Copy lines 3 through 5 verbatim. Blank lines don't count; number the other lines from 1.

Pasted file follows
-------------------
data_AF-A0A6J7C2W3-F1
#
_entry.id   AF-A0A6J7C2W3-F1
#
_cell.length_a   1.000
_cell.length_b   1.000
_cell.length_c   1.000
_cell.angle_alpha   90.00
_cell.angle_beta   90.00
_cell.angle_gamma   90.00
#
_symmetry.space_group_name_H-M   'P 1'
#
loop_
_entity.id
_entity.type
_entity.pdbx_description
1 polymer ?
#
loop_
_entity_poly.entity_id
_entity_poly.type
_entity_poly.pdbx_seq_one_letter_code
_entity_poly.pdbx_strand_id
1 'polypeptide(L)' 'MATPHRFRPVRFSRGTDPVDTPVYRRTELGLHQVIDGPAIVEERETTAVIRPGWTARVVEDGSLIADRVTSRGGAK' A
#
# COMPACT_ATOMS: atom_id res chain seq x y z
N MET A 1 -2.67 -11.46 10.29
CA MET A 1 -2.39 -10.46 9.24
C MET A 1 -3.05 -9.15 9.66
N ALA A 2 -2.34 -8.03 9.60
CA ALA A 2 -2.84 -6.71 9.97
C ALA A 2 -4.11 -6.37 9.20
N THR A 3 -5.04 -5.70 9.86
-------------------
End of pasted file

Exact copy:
_entry.id   AF-A0A6J7C2W3-F1
#
_cell.length_a   1.000